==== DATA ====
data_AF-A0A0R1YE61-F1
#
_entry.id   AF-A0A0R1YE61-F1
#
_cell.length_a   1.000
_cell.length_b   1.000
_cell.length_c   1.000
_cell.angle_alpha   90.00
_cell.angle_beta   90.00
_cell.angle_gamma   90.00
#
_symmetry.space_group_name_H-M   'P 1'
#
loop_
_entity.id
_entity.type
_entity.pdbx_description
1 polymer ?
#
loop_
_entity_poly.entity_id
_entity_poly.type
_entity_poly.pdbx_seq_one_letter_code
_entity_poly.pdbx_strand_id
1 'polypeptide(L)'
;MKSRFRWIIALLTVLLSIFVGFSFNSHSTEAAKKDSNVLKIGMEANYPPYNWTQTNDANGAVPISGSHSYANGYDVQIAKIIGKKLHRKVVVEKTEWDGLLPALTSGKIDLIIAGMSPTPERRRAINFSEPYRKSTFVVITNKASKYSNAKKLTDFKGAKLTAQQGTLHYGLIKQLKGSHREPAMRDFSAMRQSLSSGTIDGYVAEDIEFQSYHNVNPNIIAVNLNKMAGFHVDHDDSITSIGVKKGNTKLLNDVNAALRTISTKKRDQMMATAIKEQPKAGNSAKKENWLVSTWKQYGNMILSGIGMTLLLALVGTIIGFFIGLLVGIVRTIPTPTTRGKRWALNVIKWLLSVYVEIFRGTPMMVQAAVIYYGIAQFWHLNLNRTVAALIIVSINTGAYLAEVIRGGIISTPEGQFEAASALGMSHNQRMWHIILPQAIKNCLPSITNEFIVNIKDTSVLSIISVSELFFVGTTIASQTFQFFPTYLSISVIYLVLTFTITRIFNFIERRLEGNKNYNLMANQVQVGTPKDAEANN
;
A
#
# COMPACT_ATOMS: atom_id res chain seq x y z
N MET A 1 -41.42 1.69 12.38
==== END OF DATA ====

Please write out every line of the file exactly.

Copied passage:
data_AF-A0A0R1YE61-F1
#
_entry.id   AF-A0A0R1YE61-F1
#
_cell.length_a   1.000
_cell.length_b   1.000
_cell.length_c   1.000
_cell.angle_alpha   90.00
_cell.angle_beta   90.00
_cell.angle_gamma   90.00
#
_symmetry.space_group_name_H-M   'P 1'
#
loop_
_entity.id
_entity.type
_entity.pdbx_description
1 polymer ?
#
loop_
_entity_poly.entity_id
_entity_poly.type
_entity_poly.pdbx_seq_one_letter_code
_entity_poly.pdbx_strand_id
1 'polypeptide(L)'
;MKSRFRWIIALLTVLLSIFVGFSFNSHSTEAAKKDSNVLKIGMEANYPPYNWTQTNDANGAVPISGSHSYANGYDVQIAKIIGKKLHRKVVVEKTEWDGLLPALTSGKIDLIIAGMSPTPERRRAINFSEPYRKSTFVVITNKASKYSNAKKLTDFKGAKLTAQQGTLHYGLIKQLKGSHREPAMRDFSAMRQSLSSGTIDGYVAEDIEFQSYHNVNPNIIAVNLNKMAGFHVDHDDSITSIGVKKGNTKLLNDVNAALRTISTKKRDQMMATAIKEQPKAGNSAKKENWLVSTWKQYGNMILSGIGMTLLLALVGTIIGFFIGLLVGIVRTIPTPTTRGKRWALNVIKWLLSVYVEIFRGTPMMVQAAVIYYGIAQFWHLNLNRTVAALIIVSINTGAYLAEVIRGGIISTPEGQFEAASALGMSHNQRMWHIILPQAIKNCLPSITNEFIVNIKDTSVLSIISVSELFFVGTTIASQTFQFFPTYLSISVIYLVLTFTITRIFNFIERRLEGNKNYNLMANQVQVGTPKDAEANN
;
A
#
# COMPACT_ATOMS: atom_id res chain seq x y z
N MET A 1 -41.42 1.69 12.38